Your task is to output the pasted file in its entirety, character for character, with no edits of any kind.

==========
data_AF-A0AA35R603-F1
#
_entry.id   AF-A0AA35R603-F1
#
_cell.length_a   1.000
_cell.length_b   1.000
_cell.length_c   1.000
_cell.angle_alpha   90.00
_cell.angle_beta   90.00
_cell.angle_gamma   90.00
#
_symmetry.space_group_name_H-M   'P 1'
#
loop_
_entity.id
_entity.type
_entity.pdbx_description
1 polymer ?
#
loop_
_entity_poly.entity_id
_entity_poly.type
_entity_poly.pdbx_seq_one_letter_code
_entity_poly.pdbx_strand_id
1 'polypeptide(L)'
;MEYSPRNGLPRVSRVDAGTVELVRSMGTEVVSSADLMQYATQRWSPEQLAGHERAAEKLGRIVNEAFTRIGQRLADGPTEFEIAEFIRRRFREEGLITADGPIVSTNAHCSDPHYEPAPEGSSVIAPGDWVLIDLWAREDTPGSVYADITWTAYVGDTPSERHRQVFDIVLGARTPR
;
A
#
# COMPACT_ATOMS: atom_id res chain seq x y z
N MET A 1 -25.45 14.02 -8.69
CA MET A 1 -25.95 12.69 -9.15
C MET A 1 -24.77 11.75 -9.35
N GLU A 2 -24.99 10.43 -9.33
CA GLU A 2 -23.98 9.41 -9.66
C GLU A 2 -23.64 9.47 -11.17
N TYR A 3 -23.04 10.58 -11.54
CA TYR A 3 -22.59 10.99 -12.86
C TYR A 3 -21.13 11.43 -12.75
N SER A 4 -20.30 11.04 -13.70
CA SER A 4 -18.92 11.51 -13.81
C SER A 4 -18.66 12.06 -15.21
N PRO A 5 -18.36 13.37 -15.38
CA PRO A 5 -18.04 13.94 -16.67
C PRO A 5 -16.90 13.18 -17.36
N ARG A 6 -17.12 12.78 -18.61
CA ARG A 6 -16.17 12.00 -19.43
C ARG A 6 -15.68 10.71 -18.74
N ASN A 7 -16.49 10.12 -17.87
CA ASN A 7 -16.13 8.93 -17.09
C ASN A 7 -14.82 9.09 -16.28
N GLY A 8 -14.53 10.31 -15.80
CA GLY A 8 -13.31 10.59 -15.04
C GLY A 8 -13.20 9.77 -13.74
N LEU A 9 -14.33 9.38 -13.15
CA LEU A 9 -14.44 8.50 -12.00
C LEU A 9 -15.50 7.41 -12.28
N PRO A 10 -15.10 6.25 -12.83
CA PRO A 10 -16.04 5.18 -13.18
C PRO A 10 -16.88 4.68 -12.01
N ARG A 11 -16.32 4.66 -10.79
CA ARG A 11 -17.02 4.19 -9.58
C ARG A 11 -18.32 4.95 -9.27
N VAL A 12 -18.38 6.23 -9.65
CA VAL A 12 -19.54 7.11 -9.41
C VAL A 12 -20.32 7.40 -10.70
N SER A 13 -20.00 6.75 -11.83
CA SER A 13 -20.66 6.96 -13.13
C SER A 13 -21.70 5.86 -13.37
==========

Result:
data_AF-A0AA35R603-F1
#
_entry.id   AF-A0AA35R603-F1
#
_cell.length_a   1.000
_cell.length_b   1.000
_cell.length_c   1.000
_cell.angle_alpha   90.00
_cell.angle_beta   90.00
_cell.angle_gamma   90.00
#
_symmetry.space_group_name_H-M   'P 1'
#
loop_
_entity.id
_entity.type
_entity.pdbx_description
1 polymer ?
#
loop_
_entity_poly.entity_id
_entity_poly.type
_entity_poly.pdbx_seq_one_letter_code
_entity_poly.pdbx_strand_id
1 'polypeptide(L)'
;MEYSPRNGLPRVSRVDAGTVELVRSMGTEVVSSADLMQYATQRWSPEQLAGHERAAEKLGRIVNEAFTRIGQRLADGPTEFEIAEFIRRRFREEGLITADGPIVSTNAHCSDPHYEPAPEGSSVIAPGDWVLIDLWAREDTPGSVYADITWTAYVGDTPSERHRQVFDIVLGARTPR
;
A
#
# COMPACT_ATOMS: atom_id res chain seq x y z
N MET A 1 -25.45 14.02 -8.69
CA MET A 1 -25.95 12.69 -9.15
C MET A 1 -24.77 11.75 -9.35
N GLU A 2 -24.99 10.43 -9.33
CA GLU A 2 -23.98 9.41 -9.66
C GLU A 2 -23.64 9.47 -11.17
N TYR A 3 -23.04 10.58 -11.54
CA TYR A 3 -22.59 10.99 -12.86
C TYR A 3 -21.13 11.43 -12.75
N SER A 4 -20.30 11.04 -13.70
CA SER A 4 -18.92 11.51 -13.81
C SER A 4 -18.66 12.06 -15.21
N PRO A 5 -18.36 13.37 -15.38
CA PRO A 5 -18.04 13.94 -16.67
C PRO A 5 -16.90 13.18 -17.36
N ARG A 6 -17.12 12.78 -18.61
CA ARG A 6 -16.17 12.00 -19.43
C ARG A 6 -15.68 10.71 -18.74
N ASN A 7 -16.49 10.12 -17.87
CA ASN A 7 -16.13 8.93 -17.09
C ASN A 7 -14.82 9.09 -16.28
N GLY A 8 -14.53 10.31 -15.80
CA GLY A 8 -13.31 10.59 -15.04
C GLY A 8 -13.20 9.77 -13.74
N LEU A 9 -14.33 9.38 -13.15
CA LEU A 9 -14.44 8.50 -12.00
C LEU A 9 -15.50 7.41 -12.28
N PRO A 10 -15.10 6.25 -12.83
CA PRO A 10 -16.04 5.18 -13.18
C PRO A 10 -16.88 4.68 -12.01
N ARG A 11 -16.32 4.66 -10.79
CA ARG A 11 -17.02 4.19 -9.58
C ARG A 11 -18.32 4.95 -9.27
N VAL A 12 -18.38 6.23 -9.65
CA VAL A 12 -19.54 7.11 -9.41
C VAL A 12 -20.32 7.40 -10.70
N SER A 13 -20.00 6.75 -11.83
CA SER A 13 -20.66 6.96 -13.13
C SER A 13 -21.70 5.86 -13.37